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Jejunostomy

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Title: Jejunostomy  
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Subject: Digestive system surgery, Pyloromyotomy, Cholecystostomy, Hepatoportoenterostomy, Intestinal pseudoobstruction
Collection: Digestive System Surgery, Enteral Feeding
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Jejunostomy

Jejunostomy
Intervention
Jejunostomy to anterior abdomen wall
ICD-9-CM 46.32
MeSH

Jejunostomy is the surgical creation of an opening (fistula) through the skin at the front of the abdomen and the wall of the jejunum (part of the small intestine). It can be performed either endoscopically, or with formal surgery.[1]

A jejunostomy may be formed following bowel resection in cases where there is a need for bypassing the distal small bowel and/or colon due to a bowel leak or perforation. Depending on the length of jejunum resected or bypassed the patient may have resultant short bowel syndrome and require parenteral nutrition.[2]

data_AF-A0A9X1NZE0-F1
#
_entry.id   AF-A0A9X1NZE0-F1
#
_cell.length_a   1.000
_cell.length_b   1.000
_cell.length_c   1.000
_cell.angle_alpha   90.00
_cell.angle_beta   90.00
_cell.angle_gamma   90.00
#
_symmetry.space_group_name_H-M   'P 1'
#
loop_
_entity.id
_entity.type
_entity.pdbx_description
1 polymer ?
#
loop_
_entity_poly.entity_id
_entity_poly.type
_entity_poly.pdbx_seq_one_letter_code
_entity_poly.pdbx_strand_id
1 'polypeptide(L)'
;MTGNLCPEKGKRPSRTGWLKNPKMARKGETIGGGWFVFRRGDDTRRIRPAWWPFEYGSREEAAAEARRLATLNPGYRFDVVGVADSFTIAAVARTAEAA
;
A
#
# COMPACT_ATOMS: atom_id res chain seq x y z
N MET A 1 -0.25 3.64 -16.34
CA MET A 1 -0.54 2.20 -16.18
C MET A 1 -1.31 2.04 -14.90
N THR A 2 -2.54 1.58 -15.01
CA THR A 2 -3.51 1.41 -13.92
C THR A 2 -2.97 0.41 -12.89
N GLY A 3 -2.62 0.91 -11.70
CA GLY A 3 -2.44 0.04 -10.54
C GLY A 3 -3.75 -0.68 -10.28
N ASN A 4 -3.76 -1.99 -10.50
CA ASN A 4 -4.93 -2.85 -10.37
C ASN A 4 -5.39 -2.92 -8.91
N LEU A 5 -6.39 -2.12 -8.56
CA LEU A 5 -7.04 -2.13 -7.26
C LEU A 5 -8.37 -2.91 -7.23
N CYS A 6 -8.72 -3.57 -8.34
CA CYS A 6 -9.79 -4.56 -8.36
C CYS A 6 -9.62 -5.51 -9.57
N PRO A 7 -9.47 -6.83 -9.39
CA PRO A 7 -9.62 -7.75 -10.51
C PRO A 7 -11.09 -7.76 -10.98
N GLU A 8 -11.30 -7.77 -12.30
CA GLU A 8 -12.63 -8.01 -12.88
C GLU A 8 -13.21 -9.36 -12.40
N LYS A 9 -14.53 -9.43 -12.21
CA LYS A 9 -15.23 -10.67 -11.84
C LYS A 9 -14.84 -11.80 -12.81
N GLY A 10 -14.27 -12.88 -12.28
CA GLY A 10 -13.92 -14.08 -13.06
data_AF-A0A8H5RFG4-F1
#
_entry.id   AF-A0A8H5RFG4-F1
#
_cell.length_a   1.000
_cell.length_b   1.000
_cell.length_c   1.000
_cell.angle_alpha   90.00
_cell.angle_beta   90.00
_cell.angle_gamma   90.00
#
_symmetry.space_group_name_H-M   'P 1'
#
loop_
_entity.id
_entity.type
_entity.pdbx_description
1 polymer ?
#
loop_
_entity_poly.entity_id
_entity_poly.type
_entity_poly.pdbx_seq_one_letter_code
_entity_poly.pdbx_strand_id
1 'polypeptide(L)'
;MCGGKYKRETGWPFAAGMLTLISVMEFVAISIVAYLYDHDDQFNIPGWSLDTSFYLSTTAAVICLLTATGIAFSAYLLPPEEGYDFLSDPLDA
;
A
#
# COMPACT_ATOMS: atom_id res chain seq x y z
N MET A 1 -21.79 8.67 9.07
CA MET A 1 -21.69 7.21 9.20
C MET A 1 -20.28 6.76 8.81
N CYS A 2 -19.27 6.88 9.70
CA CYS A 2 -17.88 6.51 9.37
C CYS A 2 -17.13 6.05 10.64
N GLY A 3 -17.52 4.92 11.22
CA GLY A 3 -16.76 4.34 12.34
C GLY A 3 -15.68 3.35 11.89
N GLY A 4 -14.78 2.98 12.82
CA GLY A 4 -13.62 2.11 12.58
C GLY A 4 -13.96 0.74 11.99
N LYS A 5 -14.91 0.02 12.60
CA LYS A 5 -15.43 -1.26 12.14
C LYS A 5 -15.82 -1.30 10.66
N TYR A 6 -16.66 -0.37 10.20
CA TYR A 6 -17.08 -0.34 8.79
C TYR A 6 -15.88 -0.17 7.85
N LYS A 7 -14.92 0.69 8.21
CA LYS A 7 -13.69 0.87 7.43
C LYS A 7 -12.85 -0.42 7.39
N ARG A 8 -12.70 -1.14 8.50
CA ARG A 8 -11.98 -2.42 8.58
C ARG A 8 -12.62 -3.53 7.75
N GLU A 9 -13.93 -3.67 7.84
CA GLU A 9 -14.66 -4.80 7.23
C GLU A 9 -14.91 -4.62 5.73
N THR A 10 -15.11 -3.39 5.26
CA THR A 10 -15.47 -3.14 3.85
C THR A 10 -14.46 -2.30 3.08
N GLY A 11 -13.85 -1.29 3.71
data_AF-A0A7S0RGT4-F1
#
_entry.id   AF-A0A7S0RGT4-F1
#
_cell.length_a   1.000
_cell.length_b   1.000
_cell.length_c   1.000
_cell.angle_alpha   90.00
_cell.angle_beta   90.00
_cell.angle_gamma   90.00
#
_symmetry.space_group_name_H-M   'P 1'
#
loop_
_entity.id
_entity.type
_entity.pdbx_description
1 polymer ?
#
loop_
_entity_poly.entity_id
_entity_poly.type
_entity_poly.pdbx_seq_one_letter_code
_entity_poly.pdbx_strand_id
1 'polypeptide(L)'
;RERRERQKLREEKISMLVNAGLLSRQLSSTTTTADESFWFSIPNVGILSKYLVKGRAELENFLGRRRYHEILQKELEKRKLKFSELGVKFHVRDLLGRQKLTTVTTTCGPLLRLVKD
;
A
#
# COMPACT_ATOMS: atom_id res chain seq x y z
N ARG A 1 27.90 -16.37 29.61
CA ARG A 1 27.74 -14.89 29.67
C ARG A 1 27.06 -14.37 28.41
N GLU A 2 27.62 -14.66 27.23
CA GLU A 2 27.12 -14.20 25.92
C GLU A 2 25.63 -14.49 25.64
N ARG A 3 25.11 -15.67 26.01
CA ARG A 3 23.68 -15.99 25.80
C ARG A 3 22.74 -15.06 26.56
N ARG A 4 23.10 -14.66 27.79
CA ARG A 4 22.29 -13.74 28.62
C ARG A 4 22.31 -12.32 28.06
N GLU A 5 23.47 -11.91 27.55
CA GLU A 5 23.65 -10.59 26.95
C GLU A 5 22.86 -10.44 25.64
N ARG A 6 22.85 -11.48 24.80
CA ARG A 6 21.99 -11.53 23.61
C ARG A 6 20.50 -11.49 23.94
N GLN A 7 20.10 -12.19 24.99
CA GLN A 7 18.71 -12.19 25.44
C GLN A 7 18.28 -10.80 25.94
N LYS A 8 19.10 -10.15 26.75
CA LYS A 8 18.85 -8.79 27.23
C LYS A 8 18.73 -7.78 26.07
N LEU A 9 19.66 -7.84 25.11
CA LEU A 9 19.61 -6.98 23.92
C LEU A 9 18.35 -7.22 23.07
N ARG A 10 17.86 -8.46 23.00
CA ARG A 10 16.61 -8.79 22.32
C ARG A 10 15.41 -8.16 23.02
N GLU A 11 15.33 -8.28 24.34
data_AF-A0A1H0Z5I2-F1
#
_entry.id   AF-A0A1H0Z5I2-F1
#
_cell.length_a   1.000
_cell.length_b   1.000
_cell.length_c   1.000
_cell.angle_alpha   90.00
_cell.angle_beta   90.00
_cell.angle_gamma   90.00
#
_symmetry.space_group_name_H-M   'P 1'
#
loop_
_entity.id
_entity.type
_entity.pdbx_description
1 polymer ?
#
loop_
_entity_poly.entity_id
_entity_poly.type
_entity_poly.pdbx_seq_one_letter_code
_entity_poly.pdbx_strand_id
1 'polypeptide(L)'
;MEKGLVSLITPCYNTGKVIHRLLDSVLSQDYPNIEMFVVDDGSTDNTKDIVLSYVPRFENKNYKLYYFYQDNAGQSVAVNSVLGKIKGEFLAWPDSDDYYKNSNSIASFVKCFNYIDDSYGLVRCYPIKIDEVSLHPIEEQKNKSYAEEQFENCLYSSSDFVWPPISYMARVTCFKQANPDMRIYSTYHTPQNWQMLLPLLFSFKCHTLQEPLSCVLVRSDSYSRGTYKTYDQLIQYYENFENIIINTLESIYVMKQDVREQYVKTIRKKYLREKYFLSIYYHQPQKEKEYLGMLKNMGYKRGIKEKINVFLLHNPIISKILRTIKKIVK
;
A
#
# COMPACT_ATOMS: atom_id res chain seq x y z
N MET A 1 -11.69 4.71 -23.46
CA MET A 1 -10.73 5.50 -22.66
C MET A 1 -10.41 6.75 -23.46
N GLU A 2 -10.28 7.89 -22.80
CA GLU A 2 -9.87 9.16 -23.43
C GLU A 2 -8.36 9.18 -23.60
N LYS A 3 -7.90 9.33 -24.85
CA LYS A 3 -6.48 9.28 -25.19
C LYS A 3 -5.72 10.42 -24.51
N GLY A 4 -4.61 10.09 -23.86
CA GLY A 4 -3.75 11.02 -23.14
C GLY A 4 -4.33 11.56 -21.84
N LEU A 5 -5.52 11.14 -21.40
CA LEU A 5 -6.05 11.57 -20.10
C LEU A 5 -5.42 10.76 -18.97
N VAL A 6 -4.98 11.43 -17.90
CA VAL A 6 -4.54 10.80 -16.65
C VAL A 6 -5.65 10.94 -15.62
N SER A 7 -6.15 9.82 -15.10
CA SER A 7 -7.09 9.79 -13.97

A jejunostomy is different from a jejunal feeding tube which is an alternative to a gastrostomy feeding tube commonly used when gastric enteral feeding is contraindicated or carries significant risks. The advantage over a gastrostomy is its low risk of aspiration due to its distal placement. Disadvantages include small bowel obstruction, ischemia, and requirement for continuous feeding.

Techniques

The Witzel jejunostomy is the most common method of jejunostomy creation.[3] It is an open technique where the jejunosotomy is sited 30 cm distal to the Ligament of Treitz on the antimesenteric border, with the catheter tunneled in a seromuscular groove.

See also

References

  1. ^ Pearce, C B; Duncan, HD (2002). "Enteral feeding. Nasogastric, nasojejunal, percutaneous endoscopic gastrostomy, or jejunostomy: Its indications and limitations". Postgraduate Medical Journal 78 (918): 198–204.  
  2. ^ Nightingale, J; Woodward, JM; Small Bowel Nutrition Committee of the British Society of Gastroenterology (2006). "Guidelines for management of patients with a short bowel". Gut 55 (Suppl 4): iv1–12.  
  3. ^ Tapia J, Murguia R, Garcia G, de los Monteros PE, Oñate E (1999). "Jejunostomy: techniques, indications, and complications". World Journal of Surgery 23 (6): 596–602.  


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